Did you just buy the most amazing wooden table for your backyard? Or maybe you bought a stunning wooden bench for your front porch?
Either way, a wooden piece of furniture outside is not only practical, but it also looks stunning. But if you don’t protect it from the rain and sun, it’ll probably lose some of its shine or color, or even get warped.
So if you want to keep your precious wooden furniture looking new, you’ll need to weatherproof and protect it. But is it easier said than done? Well, that’s what we’re here to find out. Let’s take a look at some of the easiest tricks on weatherproofing wood for outdoors.
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1. Weatherproofing with Oil
If you want to weatherproof with oil, there are three types you can go for:
- Linseed oil
- Tung oil
- Danish oil
Using oil for your project is a great way to save some money and get a beautiful stain on your wood. Oil protects your furniture from sun and water damage, and it can bring your old, withered furniture back to life.
But how does it work? Well, after application, the oil will penetrate deep into the wood and protect both the fibers and the surface. The only downside to weatherproofing with oil is the curing time. Depending on which type of oil you go for, it might take you a few days to finish your project.
First, let’s start with linseed oil which is a bit cheaper and easier to come by compared to tung oil. It is a pretty effective finish for wood because it is a liquid when applied, but turns into a solid when it’s dry. Linseed oil is made out of flax seeds and there are two types you can use:
- Raw linseed oil
- Boiled linseed oil
Now, I wouldn’t recommend using raw linseed oil for weatherproofing just because it takes a long time to dry. But boiled linseed oil takes only about a day to cure, and it’s a great choice for protecting wood.
- Easy to apply
- Glossy finish
- Doesn’t protect from UV rays
- It can be difficult to remove for refinishing
Tung oil might be even more popular to use for refinishing wood than linseed oil. Even though it applies the same way, the drying time is a bit longer. But you can speed the process up with turpentine or mineral spirits.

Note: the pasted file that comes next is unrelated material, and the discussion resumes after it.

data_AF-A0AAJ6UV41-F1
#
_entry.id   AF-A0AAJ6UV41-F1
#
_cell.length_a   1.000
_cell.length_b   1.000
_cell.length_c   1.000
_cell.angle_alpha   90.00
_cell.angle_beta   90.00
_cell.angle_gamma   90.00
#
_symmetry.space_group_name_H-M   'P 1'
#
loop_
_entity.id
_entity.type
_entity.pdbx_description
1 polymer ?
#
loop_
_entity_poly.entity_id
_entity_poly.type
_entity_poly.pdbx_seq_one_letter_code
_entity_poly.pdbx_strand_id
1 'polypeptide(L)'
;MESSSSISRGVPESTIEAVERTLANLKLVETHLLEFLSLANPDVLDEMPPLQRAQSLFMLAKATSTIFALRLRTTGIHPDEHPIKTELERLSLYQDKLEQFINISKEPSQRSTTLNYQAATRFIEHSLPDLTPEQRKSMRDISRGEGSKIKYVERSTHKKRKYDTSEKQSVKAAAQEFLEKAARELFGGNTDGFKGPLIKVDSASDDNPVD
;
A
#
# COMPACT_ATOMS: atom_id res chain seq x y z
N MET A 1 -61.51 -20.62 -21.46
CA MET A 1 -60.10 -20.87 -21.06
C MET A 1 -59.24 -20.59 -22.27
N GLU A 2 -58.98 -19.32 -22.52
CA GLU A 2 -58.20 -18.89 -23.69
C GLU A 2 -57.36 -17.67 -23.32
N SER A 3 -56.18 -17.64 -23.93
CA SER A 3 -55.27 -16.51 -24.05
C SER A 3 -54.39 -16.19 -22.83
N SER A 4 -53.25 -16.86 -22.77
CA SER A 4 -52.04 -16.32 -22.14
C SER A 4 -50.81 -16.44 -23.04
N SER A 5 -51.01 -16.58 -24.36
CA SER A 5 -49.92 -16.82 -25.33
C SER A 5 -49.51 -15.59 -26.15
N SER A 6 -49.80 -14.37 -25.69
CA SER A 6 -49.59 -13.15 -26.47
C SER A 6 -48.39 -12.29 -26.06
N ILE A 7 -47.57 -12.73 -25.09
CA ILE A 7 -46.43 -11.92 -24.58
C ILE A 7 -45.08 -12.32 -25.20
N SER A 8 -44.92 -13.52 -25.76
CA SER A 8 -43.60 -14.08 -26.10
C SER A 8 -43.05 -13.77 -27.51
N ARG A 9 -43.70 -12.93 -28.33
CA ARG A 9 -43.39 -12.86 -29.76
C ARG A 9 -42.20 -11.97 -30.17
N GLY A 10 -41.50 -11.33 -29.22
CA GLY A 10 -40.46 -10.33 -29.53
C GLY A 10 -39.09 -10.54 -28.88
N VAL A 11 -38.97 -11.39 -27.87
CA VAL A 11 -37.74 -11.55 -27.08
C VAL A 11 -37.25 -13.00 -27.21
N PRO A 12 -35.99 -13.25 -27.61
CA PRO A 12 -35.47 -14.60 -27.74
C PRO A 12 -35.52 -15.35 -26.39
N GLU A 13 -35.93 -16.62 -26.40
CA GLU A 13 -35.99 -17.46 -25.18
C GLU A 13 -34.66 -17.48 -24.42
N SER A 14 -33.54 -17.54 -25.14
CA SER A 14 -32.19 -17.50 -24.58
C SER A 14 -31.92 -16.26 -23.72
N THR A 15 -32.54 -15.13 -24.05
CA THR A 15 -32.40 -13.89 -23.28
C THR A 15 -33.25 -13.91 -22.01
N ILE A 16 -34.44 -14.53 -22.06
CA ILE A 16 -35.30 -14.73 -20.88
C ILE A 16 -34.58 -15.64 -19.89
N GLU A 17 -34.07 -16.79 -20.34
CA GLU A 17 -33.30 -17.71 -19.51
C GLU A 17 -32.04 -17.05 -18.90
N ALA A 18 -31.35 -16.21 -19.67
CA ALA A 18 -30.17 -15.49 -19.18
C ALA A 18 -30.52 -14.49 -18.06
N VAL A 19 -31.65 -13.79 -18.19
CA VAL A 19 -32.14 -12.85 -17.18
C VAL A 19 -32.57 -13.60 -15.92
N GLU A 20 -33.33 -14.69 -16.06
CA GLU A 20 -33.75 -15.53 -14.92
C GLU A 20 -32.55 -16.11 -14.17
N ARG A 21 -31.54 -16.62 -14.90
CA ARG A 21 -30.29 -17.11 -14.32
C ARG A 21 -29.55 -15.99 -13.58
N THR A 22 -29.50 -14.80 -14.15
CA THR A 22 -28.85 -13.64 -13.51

Keep in mind that you should only apply tung oil in thin coats. If you put too much on, it can make the wood look wrinkled and soft.
- Readily available
- Easy to apply, maintain, and repair
- Slow drying time
- Doesn’t give a smooth finish
Danish oil is a part of the tung oil family and you can use it to give your wood a smooth and radiant finish. What’s interesting about Danish oil is that it doesn’t just stick to the surface of the wood, but it also seeps in, protecting it from the inside.
- Easy to apply
- Dries fairly quickly
- Clear matte or satin finish
- You can use it over polyurethane
- Less durable compared to other finishes
How to Weatherproof Wood with Oil
If you want a stronger treatment and a better sealant, I recommend making a mixture. All you need to make it is equal parts of oil and turpentine, and 1/2 vinegar. Of course, making it is optional, but I always do it because I feel like the finish lasts a long time.
In the first step, before you apply the oil, you need to sand the surface with a metal file or fine-grit sandpaper. Sweep the area, making sure there aren’t any imperfections before you go in with the oil.
Then, get some thick, rubber gloves and a few lint-free rags. Put a little bit of your oil mixture onto the rag and rub the oil with the grain. Also, remember, don’t pour the oil directly onto the wood and never touch it while it’s still drying.
Once you’ve gone over every surface with your rag, let the oil sit for thirty minutes, and sweep it one more time with a clean cloth. You should let it cure or dry for around 24 hours or until it’s totally dry. When you’re sure that the wood is dry, you can take fine steel wool and rub it.
I recommend finishing your wood with oil at least two more times to ensure the best results. Let it dry for 24 hours before you go in with the steel wool, and let it cure for a few more days. You will know that the wood is cured if you can smoothly go over the area with your fingers.